FDA finalizes refusal to give Texas execution drug shipment
Federal officials have said the drug has no legal uses in the United States
GALVESTON, Texas — Federal officials on Thursday finalized their refusal to allow Texas prison officials to receive a foreign shipment of a drug the state has used to execute death row inmates.
The refusal centers on a shipment of 1,000 vials of sodium thiopental detained by federal officials at Houston Bush Intercontinental Airport in July 2015. The drug was from an unidentified foreign drug supplier.
In a document filed Thursday in federal court in Galveston, the U.S. Food and Drug Administration said it "has made a final decision, refusing admission of the detained drugs into the United States." The decision is based on the FDA view "that the detained drugs appear to be unapproved new drugs and misbranded drugs. As such, the shipments must be exported or destroyed," FDA spokeswoman Lyndsay Meyer said in a statement.
Federal officials have said the drug has no legal uses in the United States, but Texas Attorney General Ken Paxton's office has sued for the drugs to be released.
Texas has carried out 542 lethal injections since 1982, including four this year, and has used the sedative pentobarbital for executions since 2012. The barbiturate sodium thiopental previously was part of a three-drug process Texas used for executions.
According to the lawsuit, the state's use of the drug falls within a "law enforcement" exemption, is not for patient use and is labeled as not for patient use. The drug is solely used by law enforcement as part of enforcing lawfully imposed capital sentences through lethal injection, Paxton asserted. The lawsuit also pointed out the drug has been used for anesthetic purposes since before the Federal Food, Drug and Cosmetic Act was enacted in 1938.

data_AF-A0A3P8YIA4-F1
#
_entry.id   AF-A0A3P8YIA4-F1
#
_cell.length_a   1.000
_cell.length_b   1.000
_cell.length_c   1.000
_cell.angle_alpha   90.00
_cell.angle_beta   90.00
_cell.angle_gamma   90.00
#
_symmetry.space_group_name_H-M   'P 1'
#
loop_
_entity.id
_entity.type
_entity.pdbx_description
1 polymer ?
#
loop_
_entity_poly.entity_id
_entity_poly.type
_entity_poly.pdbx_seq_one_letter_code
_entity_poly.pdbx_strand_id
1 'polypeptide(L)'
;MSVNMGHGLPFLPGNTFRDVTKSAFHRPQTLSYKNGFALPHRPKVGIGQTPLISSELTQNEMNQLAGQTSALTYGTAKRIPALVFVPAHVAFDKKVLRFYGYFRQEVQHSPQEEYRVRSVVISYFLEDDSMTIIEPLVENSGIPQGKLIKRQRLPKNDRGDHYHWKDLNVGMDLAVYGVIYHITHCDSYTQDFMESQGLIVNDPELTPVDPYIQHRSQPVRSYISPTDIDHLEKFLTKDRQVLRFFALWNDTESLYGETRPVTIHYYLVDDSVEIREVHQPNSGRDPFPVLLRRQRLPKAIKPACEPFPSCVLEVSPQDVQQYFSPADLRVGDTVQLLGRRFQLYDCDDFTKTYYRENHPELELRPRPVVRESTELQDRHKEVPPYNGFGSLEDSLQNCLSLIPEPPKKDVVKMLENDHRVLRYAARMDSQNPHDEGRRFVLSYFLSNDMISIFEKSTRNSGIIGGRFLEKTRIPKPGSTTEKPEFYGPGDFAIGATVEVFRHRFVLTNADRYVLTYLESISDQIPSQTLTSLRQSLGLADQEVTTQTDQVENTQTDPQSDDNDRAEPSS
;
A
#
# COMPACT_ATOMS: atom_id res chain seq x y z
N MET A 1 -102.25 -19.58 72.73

The Texas Department of Criminal Justice, which operates the state prison system, is now considering its next move.
"It has taken almost two years for the Food and Drug Administration to reach a decision which we believe is flawed," Jason Clark, a spokesman for the department, said in a statement. "TDCJ fully complied with the steps necessary to lawfully import the shipment. We are exploring all options to remedy the unjustified seizure."
Corrections departments in death penalty states around the U.S. have had difficulties obtaining execution drugs since traditional drug manufacturers — many of them under pressure from capital punishment opponents — have barred sales of their products for lethal injection use. Texas prison officials have declined to provide any details about the state's ordered drugs. A state law that took effect in September allows Texas to withhold the identity of its lethal injection drug provider.